The Frick Environmental Center in Pittsburgh, PA, announced that, after more than a year of extensive testing and documentation, it has received the Living Building Challenge (LBC) Certification, one of just 21 buildings in the world to be certified by the LBC. While the Frick Environmental Center was given LEED Platinum certification in November, 2017, intensive work was needed to complete the Living Building Challenge, according to the Pittsburgh Parks Conservancy and the City of Pittsburgh. To qualify for LBC certification, a building must produce as much energy as it consumes annually, eliminate toxic and harmful chemicals, and collect and treat its own water.
The 16,000-square-foot Center, located on the edge of the 644-acre Frick Park, was completed in 2016. It was designed to use 40% less energy than a typical building size in the region, and runs entirely off energy produced on-site by solar panels as well as from hot and cold air gathered from geothermal wells. The building also treats all of its own stormwater and wastewater on site and reinforces natural patterns of water flow. The roof collects stormwater and directs it into a rain garden and then into Nine-Mile Creek. Rain is also captured by cisterns and barrels, and is used in the building as well as in landscaping. On-site treatment safely disposes of waste water.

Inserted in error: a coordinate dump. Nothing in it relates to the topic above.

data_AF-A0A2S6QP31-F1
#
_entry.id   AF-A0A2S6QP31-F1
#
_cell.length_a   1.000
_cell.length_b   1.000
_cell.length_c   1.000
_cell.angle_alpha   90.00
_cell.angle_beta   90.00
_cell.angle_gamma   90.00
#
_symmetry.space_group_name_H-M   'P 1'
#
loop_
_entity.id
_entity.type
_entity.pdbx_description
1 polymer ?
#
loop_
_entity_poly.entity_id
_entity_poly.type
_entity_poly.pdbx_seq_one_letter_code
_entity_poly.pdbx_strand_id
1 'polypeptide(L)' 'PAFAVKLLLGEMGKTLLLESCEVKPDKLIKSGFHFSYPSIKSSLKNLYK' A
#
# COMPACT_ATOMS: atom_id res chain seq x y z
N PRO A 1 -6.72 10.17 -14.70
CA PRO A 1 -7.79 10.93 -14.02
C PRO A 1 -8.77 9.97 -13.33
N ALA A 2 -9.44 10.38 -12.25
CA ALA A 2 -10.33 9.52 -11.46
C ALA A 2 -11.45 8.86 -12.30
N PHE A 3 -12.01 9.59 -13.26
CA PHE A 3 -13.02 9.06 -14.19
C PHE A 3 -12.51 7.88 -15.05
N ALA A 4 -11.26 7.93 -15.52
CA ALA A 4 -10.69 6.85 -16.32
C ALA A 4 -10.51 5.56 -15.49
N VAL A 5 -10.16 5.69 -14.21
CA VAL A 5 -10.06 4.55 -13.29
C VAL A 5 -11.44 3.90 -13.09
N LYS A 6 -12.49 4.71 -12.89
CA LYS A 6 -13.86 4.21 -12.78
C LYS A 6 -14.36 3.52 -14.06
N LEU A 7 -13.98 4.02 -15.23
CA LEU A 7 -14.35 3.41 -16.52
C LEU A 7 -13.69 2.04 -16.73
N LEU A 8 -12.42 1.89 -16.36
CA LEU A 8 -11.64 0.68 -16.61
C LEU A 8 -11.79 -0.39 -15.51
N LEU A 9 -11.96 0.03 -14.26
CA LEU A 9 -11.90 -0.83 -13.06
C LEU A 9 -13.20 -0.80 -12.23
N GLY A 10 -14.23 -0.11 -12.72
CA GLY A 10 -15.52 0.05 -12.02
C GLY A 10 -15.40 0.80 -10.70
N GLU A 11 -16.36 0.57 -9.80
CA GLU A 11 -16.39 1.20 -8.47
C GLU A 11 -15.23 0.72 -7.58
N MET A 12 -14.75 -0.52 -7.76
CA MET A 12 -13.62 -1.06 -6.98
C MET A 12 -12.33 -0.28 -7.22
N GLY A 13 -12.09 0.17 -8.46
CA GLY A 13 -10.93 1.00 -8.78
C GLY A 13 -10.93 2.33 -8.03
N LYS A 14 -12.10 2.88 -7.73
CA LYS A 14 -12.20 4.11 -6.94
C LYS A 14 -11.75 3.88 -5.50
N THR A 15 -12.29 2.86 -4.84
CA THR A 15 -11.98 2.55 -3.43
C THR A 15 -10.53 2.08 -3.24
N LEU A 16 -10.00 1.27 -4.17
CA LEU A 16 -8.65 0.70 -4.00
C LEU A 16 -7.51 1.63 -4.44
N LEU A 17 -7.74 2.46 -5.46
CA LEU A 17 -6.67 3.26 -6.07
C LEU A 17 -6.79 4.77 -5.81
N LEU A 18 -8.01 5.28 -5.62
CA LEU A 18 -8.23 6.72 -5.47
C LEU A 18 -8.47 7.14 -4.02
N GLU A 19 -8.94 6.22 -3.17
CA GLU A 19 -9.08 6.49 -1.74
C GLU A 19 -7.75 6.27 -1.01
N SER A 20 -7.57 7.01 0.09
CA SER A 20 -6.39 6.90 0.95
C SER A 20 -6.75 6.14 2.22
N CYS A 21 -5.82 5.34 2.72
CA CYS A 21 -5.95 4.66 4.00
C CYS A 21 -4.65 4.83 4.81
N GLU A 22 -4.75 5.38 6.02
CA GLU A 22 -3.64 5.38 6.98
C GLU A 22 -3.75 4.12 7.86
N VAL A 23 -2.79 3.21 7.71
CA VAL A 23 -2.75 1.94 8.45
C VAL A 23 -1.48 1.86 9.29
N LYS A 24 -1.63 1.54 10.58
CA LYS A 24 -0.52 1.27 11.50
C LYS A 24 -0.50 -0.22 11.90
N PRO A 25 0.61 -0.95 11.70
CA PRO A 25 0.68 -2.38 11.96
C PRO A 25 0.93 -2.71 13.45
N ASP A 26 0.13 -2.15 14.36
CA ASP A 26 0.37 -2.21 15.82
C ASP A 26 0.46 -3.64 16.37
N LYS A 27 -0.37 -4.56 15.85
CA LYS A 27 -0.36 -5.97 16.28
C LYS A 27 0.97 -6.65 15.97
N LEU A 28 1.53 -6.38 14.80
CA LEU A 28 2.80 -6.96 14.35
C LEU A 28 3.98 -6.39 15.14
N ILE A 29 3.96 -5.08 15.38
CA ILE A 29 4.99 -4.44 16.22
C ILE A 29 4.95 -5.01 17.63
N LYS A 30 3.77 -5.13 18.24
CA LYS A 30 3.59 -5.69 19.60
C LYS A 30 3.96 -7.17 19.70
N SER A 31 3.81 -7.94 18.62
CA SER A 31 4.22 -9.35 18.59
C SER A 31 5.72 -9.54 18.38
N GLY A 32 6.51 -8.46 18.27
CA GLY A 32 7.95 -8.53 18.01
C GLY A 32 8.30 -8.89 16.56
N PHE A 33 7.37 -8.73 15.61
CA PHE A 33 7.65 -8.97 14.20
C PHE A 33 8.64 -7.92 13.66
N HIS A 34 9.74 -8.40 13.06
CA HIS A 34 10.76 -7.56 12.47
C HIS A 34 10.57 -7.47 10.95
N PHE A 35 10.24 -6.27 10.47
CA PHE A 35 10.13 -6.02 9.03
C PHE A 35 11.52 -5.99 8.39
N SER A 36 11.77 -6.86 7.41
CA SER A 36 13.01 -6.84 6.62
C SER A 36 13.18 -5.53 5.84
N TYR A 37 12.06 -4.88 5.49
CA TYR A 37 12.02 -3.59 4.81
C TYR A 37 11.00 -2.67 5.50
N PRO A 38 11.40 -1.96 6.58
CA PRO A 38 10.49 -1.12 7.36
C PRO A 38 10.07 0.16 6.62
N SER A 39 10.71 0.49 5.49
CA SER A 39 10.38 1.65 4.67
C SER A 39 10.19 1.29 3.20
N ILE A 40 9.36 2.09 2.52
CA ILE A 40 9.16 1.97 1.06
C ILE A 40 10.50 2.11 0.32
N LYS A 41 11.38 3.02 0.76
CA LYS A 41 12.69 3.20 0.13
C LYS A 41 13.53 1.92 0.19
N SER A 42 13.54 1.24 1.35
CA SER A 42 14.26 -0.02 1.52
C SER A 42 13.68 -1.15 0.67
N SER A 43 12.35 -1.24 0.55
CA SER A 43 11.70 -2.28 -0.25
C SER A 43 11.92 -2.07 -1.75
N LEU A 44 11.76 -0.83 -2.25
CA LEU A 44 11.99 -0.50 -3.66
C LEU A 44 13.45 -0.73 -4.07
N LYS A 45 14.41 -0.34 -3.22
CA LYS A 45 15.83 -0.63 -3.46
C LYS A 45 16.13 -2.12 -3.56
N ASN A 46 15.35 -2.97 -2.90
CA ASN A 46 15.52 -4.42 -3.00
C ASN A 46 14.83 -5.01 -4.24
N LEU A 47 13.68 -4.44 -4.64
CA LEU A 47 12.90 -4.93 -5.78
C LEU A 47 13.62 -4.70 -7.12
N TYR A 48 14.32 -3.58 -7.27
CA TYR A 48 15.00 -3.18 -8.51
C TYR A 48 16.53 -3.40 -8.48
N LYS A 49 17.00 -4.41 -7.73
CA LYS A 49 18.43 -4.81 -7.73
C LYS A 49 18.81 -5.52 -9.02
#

Every material used in the new Center was intentional, having first undergone an extensive vetting process, according to the Pittsburgh Parks Conservancy. All materials were sourced from responsible industries, many recycled or locally produced. Elements like black locust siding and interior furnishings made from locally salvaged wood are a nod to native tree species.
The Living Building Challenge calls itself “the world’s most aspirational standard for green buildings.” It goes beyond LEED requirements, certifying buildings that are net-zero or net-positive energy, are free of toxic chemicals, and lower their energy footprint many times below the generic commercial structure. To be certified under the LBC, projects must meet a series of ambitious performance requirements over a minimum of 12 months of continuous occupancy. There are three types of certification under the Challenge: Living Building Certification, Petal Certification and Zero Energy Building Certification.
The nonprofit Pittsburgh Parks Conservancy partnered with the City of Pittsburgh, architect Bohlin Cywinski Jackson, landscape architect LaQuatra Bonci Associates, and construction manager P.J. Dick Incorporated to qualify the building for LBC certification.